Article
Article

The F-word

Connie Bramer

Get your mind out of the gutter. I’m not talking about THAT f-word. I’m talking about fear, the dreaded f-word that causes inaction. The one word that keeps us standing still, unmoving, and sometimes unwilling to move forward.

When you are a child, your fear is all about the monsters under your bed or in your closet. Your mom or dad comes in, looks under the bed, opens the closet door and exclaims “all clear!” You go to bed with a sense of peace, albeit perhaps with one eye open – just in case.

When my kids were 4 and 5, they had conned me into a trip to the Dollar Store for a treat for some great behavior they wanted me to recognize. As I pulled into the parking lot, my daughter said, “Hey Mom, why don’t you drop us off out front? Then you can park the car and come in.”

In disbelief, I replied, “What if someone tries to take you?” to which she replied, “Then they’ll bring us right back because we’ll drive them crazy too.” Let’s just say I was impressed with her wit at the age of 5, but I remember thinking, where is her fear? When I was her age, I’m pretty sure I clung to my mother like butter on a toasted English muffin.

Fear changes as we age. At least the circumstances of fear changes. How many times in life have we heard the acronym FEAR is False Evidence Appearing Real.

Most of the time, that’s true, but sometimes it’s a total crock of you-know-what. That adrenal-pumping fear you have when faced with a dangerous situation, well, that fear is the real deal. But again, how many of those moments have we encountered?

Most of the time, the reality is false evidence appearing real. And isn’t it really just about creating a roadblock, mental or otherwise, that has a tendency to impede us from moving forward?

Related: The Peak Stage

I don’t know about you, but there have been moments in my life where the idea of starting a new endeavor, business or otherwise, created a fear that stifled me from putting my plan into action.

I’ve realized over the years that I have two speeds. 75 mph which, where I live in NY, is far over the legal speed limit and zero. 40 mph is seriously not my speed.

It’s either all in, or nothing. I’m at my personal best when I am full steam ahead, tackling everything that comes in my path.

At zero, you can find me on the couch binge-watching something mindless on Netflix. The operative word there being mindless.

What I have learned about myself with the speed comparison is that when I have a fear to face, most often the fear of failure, I move right through it at mach speed. Better to face it and run towards it than to bee-line away from it.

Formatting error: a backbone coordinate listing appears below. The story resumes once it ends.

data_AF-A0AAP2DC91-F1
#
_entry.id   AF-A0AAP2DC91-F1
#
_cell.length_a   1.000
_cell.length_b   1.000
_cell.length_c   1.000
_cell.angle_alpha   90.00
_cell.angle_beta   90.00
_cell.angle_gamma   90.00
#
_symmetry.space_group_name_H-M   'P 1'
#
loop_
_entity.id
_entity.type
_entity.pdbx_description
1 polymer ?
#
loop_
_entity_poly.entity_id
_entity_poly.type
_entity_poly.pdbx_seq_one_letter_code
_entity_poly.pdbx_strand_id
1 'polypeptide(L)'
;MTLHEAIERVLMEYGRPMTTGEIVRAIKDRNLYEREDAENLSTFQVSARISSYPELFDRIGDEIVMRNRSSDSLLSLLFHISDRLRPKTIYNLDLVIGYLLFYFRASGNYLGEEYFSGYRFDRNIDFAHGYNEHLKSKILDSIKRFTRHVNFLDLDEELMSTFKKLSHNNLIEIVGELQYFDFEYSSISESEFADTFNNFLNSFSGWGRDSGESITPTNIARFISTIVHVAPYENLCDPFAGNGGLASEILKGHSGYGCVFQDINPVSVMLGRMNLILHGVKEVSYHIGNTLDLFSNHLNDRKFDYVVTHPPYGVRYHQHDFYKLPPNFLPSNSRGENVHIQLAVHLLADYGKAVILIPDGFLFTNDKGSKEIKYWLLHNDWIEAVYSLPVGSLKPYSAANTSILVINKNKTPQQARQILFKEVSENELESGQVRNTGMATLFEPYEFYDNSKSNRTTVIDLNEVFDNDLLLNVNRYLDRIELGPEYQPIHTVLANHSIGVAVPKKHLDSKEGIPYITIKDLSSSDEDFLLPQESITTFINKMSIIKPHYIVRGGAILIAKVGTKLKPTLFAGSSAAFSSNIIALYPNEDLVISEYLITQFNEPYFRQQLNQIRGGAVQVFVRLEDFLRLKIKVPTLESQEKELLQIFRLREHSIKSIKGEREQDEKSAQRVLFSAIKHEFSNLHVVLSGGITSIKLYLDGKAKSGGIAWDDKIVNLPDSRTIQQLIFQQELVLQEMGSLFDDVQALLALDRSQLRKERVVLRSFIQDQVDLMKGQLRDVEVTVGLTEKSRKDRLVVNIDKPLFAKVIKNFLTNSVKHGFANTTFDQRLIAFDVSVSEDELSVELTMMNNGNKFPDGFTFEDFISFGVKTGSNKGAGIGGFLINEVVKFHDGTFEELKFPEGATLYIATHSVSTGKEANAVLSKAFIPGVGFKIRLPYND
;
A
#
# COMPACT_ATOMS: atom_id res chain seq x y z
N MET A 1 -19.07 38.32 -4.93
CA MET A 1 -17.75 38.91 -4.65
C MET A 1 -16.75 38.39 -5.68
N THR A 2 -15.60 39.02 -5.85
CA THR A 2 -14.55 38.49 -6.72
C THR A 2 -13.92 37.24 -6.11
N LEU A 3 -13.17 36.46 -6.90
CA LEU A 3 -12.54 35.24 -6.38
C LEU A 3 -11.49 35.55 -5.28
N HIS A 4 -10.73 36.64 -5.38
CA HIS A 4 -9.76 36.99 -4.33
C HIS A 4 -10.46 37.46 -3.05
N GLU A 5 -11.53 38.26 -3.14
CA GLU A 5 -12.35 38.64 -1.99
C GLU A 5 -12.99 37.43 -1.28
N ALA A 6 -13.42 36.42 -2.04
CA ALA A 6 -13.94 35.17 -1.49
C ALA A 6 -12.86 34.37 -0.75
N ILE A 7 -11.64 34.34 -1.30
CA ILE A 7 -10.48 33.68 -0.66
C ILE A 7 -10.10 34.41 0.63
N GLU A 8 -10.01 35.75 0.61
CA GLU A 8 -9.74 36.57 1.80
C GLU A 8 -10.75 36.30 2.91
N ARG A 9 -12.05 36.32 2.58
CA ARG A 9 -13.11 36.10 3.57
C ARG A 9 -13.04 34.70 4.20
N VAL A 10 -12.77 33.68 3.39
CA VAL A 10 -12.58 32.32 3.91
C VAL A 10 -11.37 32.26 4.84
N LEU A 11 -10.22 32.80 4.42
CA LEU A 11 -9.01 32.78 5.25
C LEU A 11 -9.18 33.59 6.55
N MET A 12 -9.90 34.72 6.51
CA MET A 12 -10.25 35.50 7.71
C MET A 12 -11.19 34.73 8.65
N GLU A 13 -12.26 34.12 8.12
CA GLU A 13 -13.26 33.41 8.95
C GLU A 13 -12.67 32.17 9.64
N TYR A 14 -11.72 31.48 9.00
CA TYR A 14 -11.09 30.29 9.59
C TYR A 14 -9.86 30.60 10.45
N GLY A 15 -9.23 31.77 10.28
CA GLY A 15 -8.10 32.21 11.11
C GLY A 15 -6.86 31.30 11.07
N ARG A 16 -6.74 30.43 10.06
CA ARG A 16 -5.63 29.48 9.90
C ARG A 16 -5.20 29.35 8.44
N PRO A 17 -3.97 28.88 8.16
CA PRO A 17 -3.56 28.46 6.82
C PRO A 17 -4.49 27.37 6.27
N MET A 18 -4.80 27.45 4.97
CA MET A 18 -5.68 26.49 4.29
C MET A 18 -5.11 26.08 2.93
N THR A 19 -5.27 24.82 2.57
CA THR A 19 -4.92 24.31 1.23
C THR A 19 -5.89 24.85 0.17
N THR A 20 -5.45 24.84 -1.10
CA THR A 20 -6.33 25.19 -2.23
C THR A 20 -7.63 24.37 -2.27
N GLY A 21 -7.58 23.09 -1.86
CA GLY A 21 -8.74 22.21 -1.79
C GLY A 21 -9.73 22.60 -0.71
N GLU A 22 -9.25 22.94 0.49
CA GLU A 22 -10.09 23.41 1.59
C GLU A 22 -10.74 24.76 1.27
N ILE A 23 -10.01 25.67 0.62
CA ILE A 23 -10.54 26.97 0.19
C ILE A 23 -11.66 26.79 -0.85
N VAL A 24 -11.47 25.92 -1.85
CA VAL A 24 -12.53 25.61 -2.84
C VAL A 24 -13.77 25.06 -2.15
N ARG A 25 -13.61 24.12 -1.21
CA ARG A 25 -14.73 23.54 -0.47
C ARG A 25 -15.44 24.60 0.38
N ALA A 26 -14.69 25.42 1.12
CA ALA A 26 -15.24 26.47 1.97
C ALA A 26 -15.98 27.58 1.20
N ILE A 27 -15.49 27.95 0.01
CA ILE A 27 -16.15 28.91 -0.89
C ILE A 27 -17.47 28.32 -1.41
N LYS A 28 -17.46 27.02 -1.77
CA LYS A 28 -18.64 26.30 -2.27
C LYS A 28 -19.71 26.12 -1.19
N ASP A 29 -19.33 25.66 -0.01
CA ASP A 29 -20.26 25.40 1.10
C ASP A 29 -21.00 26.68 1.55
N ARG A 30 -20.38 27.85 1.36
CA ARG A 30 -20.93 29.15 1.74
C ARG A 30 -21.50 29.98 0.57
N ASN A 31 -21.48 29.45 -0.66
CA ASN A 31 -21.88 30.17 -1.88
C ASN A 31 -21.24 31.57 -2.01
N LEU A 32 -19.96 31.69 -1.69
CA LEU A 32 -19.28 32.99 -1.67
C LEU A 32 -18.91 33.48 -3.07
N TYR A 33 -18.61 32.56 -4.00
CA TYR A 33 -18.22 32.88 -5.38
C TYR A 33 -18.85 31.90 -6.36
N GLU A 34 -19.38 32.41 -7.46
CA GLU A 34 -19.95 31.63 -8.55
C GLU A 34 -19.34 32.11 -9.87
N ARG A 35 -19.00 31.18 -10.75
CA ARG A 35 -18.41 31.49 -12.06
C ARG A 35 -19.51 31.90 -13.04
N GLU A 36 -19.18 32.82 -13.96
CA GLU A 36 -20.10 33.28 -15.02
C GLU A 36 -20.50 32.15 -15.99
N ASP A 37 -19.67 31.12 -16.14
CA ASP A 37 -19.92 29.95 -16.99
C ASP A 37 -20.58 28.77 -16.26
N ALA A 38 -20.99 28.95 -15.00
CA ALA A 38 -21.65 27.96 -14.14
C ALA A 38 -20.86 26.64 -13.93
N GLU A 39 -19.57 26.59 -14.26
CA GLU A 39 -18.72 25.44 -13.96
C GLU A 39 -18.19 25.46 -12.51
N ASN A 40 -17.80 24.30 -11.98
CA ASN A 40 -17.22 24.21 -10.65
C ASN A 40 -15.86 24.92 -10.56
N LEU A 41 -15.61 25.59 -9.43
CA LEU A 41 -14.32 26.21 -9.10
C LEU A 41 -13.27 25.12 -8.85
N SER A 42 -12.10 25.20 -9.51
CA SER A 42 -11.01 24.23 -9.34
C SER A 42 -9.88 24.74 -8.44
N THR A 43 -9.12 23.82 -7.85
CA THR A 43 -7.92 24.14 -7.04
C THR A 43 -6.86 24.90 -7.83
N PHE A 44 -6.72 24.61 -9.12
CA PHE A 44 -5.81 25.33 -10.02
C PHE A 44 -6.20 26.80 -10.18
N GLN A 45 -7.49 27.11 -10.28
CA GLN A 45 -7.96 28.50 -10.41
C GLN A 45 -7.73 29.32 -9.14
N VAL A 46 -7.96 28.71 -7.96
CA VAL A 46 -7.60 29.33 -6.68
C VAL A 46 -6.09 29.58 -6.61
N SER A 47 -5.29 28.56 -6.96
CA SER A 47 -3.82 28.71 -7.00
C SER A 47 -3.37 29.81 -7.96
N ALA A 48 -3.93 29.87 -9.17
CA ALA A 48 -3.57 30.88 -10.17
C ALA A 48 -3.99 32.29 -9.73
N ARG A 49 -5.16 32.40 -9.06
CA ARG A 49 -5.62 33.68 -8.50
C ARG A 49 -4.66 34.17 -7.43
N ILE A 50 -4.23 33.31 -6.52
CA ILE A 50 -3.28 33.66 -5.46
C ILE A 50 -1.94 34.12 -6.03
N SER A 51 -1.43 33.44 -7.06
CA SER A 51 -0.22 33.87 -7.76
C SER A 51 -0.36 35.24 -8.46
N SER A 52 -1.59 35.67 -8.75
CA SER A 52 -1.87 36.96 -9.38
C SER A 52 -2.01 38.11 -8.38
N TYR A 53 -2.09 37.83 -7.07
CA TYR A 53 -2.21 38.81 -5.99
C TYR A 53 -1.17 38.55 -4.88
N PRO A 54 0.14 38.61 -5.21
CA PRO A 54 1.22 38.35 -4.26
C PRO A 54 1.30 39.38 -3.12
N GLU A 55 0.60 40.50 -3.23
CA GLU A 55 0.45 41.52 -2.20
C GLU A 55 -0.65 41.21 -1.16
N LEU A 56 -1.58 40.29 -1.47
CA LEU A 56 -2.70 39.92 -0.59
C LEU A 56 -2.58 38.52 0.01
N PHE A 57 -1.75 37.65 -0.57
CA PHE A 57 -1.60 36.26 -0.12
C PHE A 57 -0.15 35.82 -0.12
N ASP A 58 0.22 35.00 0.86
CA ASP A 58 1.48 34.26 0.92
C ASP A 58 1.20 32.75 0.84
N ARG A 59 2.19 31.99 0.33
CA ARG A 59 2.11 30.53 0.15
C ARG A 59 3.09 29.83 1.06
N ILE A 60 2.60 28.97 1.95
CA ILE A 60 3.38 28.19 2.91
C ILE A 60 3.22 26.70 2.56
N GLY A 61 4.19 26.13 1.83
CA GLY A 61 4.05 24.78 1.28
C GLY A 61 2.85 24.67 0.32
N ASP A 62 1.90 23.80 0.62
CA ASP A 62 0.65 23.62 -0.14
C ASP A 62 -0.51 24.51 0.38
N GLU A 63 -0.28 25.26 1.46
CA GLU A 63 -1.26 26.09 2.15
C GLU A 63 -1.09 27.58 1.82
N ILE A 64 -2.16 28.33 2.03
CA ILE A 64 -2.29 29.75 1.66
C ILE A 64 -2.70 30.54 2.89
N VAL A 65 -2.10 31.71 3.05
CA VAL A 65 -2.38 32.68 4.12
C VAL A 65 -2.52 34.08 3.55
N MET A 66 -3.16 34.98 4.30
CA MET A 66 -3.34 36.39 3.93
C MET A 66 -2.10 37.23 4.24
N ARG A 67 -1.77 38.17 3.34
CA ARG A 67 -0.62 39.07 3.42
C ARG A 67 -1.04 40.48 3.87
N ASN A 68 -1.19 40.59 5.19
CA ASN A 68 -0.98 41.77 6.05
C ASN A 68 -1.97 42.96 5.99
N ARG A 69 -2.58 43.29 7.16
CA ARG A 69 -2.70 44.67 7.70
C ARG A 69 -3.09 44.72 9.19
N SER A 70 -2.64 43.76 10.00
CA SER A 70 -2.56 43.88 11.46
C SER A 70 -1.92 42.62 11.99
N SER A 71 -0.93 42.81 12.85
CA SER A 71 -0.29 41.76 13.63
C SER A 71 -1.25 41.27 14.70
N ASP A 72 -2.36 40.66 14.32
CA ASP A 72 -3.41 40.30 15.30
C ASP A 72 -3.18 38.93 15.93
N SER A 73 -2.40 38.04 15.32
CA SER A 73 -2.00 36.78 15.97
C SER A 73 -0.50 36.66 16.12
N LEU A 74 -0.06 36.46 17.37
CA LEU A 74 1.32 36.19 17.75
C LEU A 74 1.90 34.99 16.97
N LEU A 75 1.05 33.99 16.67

The path less taken is always the hardest as you zig-zag through all of the obstacles like a running back trying to get to the end zone. In the end, the touchdown is a sweet victory; knowing you faced your fear and did it anyway.

What if I fail? What if I’m not as good as Suzie Q who has a similar business? Or, what if I don’t have what it takes to go back to school and get my master’s degree or run for the local school board?

You can certainly fill in the blanks after the what if’s. Isn’t it really about how we talk to ourselves?

Debbie Doubter can’t live in the same space as Fearless Fanny. One would overtake the other. Remember Felix and Oscar? Oscar was a slob. His stuff was everywhere and Felix was an anal neat freak.

They made it work, and that was the comedy of it, but I’m talking about the real-life ying and yang.

I had a turning point on one of my high-speed road trips. My Fearless Fanny had to kick Debbie Doubter to the curb. I was sick of her complaining, plus she wore some seriously ugly sweaters. I HAD to change my self-talk.

What if I do this and I am everything I thought I could be? Is my fear of failure going to keep me from trying? What greatness can I accomplish by facing my fear and just going for it?

What if we all change the way we talk to ourselves when we are facing this challenge? My point is that fear of failure isn’t the obstacle to our successes. We are. And it really comes down to how we talk to ourselves.

Fear is an f-word, but it doesn’t need to be a bad one.


Originally featured on BizCatalyst 360°
Benjamin Hotel
Benjamin Hotel

ABOUT THE AUTHOR

Connie Bramer

Connie Bramer is an entrepreneur, mom, breast cancer survivor, and author of How Connie Got Her Rack Back, her comical spin on the journey of cancer.

Connie’s mission to help others through her own experiences drove her to found Get Your Rack Back Inc, a non-for-profit organization that provides financial assistance to cancer patients in Upstate NY. GYRB assists patients – men, women, and children with varying types of cancers – with gas and grocery gift cards as well as medical copay assistance.

She has been featured in several magazines including Her Life New York and Womenz Straight Talk. As a cancer survivor, Connie was awarded the Hyatt’s prestigious Portrait of Understanding Award.